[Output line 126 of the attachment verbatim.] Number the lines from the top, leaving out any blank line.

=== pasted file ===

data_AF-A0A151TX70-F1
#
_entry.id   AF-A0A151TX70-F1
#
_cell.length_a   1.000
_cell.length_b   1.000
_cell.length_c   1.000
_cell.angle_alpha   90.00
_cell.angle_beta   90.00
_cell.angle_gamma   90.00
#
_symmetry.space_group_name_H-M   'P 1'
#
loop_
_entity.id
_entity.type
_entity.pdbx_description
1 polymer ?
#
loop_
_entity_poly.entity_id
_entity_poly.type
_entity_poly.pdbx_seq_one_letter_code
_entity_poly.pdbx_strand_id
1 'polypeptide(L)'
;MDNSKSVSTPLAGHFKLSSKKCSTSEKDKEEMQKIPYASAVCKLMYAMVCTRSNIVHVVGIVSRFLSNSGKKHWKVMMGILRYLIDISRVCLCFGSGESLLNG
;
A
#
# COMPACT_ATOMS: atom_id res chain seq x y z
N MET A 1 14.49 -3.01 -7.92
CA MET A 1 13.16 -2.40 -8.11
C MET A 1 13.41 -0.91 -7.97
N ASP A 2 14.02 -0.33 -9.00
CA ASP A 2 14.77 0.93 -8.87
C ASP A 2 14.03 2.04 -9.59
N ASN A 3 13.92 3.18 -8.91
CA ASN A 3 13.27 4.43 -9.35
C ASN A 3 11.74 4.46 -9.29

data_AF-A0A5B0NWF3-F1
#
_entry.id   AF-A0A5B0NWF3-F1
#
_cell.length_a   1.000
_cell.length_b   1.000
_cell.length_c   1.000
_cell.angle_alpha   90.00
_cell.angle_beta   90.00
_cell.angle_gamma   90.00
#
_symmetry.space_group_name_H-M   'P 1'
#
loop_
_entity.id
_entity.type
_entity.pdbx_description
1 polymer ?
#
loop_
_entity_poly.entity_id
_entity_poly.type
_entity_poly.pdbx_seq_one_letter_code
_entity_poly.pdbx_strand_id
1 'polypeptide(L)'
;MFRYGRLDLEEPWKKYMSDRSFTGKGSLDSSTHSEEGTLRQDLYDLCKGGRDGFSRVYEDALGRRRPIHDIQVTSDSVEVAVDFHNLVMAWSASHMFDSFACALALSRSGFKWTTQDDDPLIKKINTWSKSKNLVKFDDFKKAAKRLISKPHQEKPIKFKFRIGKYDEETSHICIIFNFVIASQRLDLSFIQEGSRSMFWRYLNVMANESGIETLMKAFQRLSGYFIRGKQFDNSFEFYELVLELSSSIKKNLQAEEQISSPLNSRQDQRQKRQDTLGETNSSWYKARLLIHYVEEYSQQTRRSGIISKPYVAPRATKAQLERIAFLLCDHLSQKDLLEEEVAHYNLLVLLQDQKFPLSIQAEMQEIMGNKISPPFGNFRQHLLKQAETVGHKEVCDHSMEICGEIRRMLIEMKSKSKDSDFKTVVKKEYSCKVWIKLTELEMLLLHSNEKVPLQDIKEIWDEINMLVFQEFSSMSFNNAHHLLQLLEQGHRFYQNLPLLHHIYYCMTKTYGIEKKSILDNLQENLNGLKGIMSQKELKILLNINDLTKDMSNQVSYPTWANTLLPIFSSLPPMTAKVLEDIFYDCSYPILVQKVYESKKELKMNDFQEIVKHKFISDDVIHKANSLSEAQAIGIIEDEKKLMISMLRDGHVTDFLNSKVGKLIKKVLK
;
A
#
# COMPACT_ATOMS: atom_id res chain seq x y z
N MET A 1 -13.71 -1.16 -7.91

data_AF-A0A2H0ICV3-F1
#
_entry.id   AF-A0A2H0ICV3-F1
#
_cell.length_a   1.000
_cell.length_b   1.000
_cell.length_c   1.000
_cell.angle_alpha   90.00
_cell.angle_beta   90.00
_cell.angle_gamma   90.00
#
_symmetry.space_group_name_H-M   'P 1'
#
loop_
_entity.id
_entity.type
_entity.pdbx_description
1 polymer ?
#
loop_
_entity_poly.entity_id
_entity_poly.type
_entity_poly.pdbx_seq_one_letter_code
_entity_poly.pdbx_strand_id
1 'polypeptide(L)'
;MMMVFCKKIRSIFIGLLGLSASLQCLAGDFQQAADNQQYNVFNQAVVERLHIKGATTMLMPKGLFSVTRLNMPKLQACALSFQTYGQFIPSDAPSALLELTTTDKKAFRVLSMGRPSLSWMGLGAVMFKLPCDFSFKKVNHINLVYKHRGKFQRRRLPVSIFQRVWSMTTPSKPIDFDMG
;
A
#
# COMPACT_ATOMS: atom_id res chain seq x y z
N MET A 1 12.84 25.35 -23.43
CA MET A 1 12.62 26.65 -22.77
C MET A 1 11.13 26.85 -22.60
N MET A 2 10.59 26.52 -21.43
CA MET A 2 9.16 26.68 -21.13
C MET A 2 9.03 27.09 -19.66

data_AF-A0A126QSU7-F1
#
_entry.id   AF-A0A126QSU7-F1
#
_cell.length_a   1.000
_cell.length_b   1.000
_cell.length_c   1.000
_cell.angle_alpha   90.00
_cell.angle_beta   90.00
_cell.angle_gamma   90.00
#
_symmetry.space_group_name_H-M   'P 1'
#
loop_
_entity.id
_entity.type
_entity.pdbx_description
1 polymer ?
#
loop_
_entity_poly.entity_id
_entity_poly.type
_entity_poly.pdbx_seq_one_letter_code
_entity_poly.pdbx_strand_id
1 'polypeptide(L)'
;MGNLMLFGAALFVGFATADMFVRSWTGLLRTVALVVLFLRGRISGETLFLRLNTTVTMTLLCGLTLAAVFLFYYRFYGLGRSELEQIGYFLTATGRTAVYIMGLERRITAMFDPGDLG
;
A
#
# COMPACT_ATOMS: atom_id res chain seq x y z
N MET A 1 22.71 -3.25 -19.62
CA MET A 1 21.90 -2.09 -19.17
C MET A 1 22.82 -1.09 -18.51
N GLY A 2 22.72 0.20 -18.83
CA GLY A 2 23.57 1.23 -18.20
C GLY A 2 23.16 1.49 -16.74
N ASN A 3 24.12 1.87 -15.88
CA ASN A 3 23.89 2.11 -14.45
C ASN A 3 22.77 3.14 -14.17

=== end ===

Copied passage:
loop_